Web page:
7. Fertility in Total, Military, and Ethnic Populations in Hawaii, 1900-1970


8. Life Expectancy in Hawaii by Age and Sex, 1920-1970


9. Life Expectancy at Birth in Selected Areas 10. Origins of Early Contract Labor Immigrants to Hawaii, 1852-1905

176 177

11. Rates of Growth


12. Migration to and from Hawaii, 1901-1975


13. Components of Change in the Civilian Population of Hawaii, 1960-1975


14. Population Densities in Selected Areas of the World


15. World Population, 1975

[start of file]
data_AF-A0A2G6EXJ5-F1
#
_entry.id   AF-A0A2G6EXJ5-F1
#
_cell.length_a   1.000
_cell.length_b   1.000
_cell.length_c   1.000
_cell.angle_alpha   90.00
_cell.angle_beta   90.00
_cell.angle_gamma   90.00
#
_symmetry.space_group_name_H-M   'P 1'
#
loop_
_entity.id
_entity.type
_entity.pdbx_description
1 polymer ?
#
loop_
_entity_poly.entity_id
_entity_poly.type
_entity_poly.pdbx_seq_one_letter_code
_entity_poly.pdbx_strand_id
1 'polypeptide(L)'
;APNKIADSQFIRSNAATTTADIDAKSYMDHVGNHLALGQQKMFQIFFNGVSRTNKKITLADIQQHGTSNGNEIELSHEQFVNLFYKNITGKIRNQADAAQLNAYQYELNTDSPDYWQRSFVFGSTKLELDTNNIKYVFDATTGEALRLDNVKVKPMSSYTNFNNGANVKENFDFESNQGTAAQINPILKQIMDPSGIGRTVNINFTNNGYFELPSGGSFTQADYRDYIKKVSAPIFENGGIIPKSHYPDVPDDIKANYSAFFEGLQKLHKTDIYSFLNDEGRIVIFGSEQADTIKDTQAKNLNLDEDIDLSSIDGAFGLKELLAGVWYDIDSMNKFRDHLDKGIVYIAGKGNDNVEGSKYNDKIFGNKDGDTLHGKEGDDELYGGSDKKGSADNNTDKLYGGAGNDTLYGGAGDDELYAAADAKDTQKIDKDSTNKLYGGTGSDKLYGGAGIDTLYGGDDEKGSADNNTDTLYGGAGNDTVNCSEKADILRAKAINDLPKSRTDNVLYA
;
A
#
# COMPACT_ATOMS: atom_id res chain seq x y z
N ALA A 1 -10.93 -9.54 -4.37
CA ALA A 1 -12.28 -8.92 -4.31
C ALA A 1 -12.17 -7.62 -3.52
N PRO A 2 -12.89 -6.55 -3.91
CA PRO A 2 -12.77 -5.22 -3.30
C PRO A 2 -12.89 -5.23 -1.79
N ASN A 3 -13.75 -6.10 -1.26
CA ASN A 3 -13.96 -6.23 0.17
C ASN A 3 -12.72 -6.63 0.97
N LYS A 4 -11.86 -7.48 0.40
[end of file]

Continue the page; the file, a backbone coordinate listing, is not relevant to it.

who are unaware of the vast scope of modern demography may well ask: Why another work on the population of Hawaii? There is little doubt that the published literature on Hawaiian demography is already extensive. It includes at least four fullscale books, three sizable monographs, numerous technical articles, and a wide diversity of government bulletins and reports. The geographic index included in Population Index, the quarterly bibliography of the Population Association of America, invariably contains more references to Hawaii than to any other of the fifty states. Perhaps surprisingly, this rich literature is characterized by relatively little duplication and overlap. One important reason is the far-ranging scope of demography—a discipline that encompasses virtually everything that bears on thè human condition. Demographers are concerned with numbers, geographic distribution, and composition of human populations; with birth, marriage, illness, divorce, migration, and death; and with a disconcerting array of related matters, whether physical, geographic, political, economic, or whatever. Given this range of interests, demographers can hardly hope to do more than touch on a few of the most important. Hawaii, moreover, offers an uncommonly promising setting for demographic analysis. Its history is dominated by major de-